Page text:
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Claudia Cevenini and Sue Wildish

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Childless And Middle-Aged: What's Wrong With You?

Posted: 04/15/2013 6:25 am

There are two questions I get asked with an annoying regularity. They come as a pair.

The first is: "Why aren't you married?" This one I dispatch easily: I either go for the laugh, "I'm still waiting for that billionaire." Or -- if the questioner is an ass I will say: "No one ever wanted me. I guess I am just not worth being loved." My voice will catch and I will avert my eyes sadly (a la Princess Di).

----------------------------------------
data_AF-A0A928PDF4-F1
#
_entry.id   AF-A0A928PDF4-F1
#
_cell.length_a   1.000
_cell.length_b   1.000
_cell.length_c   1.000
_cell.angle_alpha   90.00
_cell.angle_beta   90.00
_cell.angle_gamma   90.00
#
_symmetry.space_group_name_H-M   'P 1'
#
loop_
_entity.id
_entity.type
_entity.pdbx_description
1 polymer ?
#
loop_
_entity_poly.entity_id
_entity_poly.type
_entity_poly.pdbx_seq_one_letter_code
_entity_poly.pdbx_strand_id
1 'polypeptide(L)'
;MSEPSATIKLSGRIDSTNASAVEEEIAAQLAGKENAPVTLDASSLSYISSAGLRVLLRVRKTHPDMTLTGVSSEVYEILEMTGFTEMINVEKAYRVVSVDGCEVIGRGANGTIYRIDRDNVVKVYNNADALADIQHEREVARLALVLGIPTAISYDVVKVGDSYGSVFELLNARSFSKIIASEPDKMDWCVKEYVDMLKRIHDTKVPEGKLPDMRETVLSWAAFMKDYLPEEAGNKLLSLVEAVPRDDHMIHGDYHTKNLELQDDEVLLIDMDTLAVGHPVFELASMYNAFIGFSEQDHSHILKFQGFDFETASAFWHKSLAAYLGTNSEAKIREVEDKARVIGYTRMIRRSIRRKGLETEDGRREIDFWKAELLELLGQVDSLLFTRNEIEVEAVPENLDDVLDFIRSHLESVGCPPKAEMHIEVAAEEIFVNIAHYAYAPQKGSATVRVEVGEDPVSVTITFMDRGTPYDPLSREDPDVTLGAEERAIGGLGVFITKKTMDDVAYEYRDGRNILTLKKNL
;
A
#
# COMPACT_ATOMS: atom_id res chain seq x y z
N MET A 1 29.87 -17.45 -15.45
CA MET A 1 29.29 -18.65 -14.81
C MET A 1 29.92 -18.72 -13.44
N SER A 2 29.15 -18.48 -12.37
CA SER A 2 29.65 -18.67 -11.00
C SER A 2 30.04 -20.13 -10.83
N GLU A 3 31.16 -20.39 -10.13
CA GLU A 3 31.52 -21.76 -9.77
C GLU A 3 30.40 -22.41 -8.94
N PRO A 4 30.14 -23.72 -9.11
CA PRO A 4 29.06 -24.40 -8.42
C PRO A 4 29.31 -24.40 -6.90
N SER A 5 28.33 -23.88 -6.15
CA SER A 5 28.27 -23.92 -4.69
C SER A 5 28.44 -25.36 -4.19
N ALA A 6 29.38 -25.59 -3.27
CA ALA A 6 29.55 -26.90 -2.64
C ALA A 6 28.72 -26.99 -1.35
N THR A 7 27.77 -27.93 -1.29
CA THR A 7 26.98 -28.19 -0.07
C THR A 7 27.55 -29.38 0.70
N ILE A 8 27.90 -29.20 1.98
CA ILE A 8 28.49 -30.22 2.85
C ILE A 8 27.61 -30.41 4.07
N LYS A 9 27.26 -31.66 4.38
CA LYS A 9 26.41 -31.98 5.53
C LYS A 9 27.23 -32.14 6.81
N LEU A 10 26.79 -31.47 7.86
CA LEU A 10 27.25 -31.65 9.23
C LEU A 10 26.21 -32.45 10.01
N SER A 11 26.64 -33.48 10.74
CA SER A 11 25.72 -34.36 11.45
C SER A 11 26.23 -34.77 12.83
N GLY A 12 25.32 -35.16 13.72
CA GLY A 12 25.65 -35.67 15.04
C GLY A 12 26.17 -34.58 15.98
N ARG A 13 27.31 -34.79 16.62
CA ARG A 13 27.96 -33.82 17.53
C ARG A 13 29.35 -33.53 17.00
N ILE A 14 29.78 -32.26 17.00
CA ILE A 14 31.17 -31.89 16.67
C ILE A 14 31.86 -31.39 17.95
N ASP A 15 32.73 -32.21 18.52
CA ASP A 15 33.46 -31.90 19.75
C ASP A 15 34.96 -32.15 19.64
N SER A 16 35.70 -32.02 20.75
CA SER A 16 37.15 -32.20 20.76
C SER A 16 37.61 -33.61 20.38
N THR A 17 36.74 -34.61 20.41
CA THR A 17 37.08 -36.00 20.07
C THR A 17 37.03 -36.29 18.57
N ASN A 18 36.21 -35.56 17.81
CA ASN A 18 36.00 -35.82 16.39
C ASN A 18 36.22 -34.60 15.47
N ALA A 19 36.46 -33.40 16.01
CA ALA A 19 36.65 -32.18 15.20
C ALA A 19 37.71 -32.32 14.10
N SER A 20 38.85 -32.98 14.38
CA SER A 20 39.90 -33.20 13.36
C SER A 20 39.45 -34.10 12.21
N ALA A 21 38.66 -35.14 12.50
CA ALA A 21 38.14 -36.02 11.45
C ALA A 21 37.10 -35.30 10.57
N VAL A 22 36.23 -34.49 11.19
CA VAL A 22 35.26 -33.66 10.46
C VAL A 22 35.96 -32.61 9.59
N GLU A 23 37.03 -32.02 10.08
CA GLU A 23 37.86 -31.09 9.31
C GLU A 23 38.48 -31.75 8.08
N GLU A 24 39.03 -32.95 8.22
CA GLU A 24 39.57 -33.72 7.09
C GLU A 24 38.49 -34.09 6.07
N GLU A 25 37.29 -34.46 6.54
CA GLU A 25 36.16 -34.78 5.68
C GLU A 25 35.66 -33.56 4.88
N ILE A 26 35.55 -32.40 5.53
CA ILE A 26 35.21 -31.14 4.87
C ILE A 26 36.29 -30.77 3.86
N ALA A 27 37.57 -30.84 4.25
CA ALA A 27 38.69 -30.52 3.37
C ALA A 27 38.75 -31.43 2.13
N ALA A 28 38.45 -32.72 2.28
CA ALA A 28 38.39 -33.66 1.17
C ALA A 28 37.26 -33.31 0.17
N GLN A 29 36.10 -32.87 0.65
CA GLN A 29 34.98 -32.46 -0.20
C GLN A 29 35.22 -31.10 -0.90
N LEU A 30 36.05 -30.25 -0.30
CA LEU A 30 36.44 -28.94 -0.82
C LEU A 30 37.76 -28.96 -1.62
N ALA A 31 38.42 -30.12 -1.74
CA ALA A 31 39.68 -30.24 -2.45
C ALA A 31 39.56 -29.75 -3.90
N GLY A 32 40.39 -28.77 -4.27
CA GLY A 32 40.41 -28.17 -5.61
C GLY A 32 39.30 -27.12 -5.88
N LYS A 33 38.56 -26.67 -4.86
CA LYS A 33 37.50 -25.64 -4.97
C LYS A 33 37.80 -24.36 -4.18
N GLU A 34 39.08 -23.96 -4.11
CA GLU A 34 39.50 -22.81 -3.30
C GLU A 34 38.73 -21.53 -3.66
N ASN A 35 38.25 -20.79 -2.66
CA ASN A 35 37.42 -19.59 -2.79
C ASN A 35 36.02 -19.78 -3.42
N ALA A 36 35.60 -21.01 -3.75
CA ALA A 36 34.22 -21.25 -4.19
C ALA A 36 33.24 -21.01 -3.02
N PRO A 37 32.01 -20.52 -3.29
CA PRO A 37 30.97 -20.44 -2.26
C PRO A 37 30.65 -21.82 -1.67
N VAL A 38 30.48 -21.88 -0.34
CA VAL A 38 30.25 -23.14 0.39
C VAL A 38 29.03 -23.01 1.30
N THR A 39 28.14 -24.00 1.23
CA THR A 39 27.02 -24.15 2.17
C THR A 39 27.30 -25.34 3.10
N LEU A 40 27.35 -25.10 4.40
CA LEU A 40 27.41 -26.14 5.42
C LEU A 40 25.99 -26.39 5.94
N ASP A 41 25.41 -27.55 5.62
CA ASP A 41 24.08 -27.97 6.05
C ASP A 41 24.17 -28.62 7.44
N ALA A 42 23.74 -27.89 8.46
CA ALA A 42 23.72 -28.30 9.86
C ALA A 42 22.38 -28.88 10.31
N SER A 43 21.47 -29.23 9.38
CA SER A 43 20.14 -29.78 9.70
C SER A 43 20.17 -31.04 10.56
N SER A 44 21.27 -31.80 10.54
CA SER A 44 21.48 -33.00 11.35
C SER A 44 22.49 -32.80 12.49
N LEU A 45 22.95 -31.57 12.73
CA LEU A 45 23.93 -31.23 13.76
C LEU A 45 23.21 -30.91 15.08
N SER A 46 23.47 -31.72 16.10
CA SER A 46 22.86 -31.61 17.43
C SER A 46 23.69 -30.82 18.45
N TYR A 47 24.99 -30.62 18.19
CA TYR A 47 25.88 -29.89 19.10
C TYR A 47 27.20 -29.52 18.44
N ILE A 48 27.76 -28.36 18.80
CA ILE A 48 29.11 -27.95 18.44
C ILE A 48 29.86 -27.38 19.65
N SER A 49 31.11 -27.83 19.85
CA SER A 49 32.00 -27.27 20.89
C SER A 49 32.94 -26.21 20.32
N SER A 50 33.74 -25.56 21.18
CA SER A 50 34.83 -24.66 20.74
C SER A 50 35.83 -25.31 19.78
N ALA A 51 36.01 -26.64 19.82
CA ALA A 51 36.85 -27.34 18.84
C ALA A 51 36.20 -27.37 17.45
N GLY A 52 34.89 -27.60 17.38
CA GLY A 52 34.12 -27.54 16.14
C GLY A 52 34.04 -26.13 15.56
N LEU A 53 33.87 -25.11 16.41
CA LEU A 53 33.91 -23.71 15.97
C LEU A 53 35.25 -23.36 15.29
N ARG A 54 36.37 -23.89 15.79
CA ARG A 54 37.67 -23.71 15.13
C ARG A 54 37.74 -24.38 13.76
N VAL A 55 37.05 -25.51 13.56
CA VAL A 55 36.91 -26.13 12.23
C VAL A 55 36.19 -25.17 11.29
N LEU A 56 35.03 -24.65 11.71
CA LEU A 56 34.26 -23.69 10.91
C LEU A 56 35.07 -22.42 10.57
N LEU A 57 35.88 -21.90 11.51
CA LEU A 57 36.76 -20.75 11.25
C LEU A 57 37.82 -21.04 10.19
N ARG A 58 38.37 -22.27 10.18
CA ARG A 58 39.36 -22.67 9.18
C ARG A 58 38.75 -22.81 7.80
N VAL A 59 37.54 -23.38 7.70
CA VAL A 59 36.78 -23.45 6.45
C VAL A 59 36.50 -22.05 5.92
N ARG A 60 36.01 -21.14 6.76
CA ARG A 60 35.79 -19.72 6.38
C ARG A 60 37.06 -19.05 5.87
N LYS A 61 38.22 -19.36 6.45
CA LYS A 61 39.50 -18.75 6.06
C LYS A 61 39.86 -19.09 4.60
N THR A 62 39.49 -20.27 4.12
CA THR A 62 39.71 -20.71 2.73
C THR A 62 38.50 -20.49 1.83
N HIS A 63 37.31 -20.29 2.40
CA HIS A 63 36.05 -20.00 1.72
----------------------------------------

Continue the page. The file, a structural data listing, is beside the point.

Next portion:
The follow up: "Got any kids?"

Not being married and in your 50s is like having a weird stain on your clothing or food in your teeth. People want to help you -- but they don't know how. So they look away.

Not having any kids implies a problem. The subtext is: single women, married or divorced women, straight or gay women, women over 40 can have kids. So why didn't you? What's wrong with you?

We Western chicks in our 40s and 50s were given carte blanche for life. We're the first generation of women after feminism -- we got to make our own choices: work, travel, contraception, abortion, partners. We could choose not to procreate.

But did we pay a price for all that freedom?

Claudia always knew she didn't want children: "My clock never ticked. And now (at 50) when reproduction is not completely impossible but highly unlikely: I have no regrets." But she is a step mom -- so she is kind of off the hook.